Cannabis use is linked to ketoacidosis in type 1 diabetes

  • Kinney GL & al.
  • Diabetes Care
  • 18 Oct 2019

  • International Clinical Digest
Access to the full content of this site is available only to registered healthcare professionals. Access to the full content of this site is available only to registered healthcare professionals.

Takeaway

  • An association has been found between cannabis use and increased risk for diabetic ketoacidosis (DKA) in adults with type 1 diabetes (T1D).

Why this matters

  • Cannabis-induced alterations to gut motility, food absorption, and postprandial glycaemic timing may be unexpected and inconsistent for cannabis users with T1D.

Study design

  • Total substance score for cannabis (TSC) and DKA in past 12 months assessed in 932 adults in the T1D Exchange.
  • Participants classified by recommended intervention: low risk/none (TSC 0-3; n=871); moderate risk/brief (4-26; n=61); and high risk/intensive (>26; n=0).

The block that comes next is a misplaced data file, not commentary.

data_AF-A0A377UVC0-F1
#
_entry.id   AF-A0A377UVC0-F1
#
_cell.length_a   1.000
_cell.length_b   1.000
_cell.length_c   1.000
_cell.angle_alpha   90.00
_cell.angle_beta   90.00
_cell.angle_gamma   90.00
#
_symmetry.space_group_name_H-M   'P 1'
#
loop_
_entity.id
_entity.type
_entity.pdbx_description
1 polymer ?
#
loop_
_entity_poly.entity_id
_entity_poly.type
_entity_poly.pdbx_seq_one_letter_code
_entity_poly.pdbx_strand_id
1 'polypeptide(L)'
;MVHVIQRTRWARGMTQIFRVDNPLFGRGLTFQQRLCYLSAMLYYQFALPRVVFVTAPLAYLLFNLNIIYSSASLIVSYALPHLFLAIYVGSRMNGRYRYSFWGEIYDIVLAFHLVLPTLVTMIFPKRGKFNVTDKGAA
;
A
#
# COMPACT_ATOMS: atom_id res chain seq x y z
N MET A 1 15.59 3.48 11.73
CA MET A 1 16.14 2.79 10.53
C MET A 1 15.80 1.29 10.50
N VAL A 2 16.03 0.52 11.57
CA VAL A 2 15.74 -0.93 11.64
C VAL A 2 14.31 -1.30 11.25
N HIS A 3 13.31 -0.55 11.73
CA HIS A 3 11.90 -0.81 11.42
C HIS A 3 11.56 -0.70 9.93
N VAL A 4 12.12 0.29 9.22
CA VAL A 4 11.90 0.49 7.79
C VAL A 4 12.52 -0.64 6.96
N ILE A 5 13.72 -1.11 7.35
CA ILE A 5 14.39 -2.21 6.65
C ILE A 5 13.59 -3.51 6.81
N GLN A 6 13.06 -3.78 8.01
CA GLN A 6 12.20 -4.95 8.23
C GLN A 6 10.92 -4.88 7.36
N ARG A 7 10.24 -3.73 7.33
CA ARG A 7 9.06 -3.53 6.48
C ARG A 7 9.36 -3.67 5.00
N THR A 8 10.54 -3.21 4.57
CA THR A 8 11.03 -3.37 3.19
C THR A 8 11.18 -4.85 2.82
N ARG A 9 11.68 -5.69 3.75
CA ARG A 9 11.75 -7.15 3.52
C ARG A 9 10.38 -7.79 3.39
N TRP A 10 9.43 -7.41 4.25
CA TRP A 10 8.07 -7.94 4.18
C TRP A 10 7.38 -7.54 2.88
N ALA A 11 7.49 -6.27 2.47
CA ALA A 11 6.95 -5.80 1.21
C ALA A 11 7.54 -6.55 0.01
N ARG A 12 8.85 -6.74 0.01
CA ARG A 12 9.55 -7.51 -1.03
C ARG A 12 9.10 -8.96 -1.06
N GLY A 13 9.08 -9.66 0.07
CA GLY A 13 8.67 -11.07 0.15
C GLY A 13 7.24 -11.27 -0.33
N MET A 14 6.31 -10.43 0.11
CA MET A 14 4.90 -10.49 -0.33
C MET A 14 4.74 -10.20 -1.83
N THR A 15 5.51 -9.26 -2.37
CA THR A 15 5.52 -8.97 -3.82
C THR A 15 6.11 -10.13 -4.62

• Funding: Helmsley Charitable Trust.

Key results

  • Compared with no intervention, factors tied to classification by moderate risk/brief intervention included: being male and younger at T1D diagnosis, having less education and higher HbA1c, and being less likely to use continuous glucose or fingerstick monitoring and more likely to use tobacco/other substances.
  • No differences in race, insulin pump use, severe hypoglycemia requiring hospitalisation, or alcohol use.
  • DKA was associated with a TSC >4 (OR, 2.5; 95% CI, 1.0-5.9) adjusted for sex, age at study visit, and HbA1c.
  • Adjustment for legal status of cannabis in state of residence did not alter this association.

Limitations

  • Cannabis use self-reported.
  • Cross-sectional design.
  • Lack of details about diabetes self-management, adherence.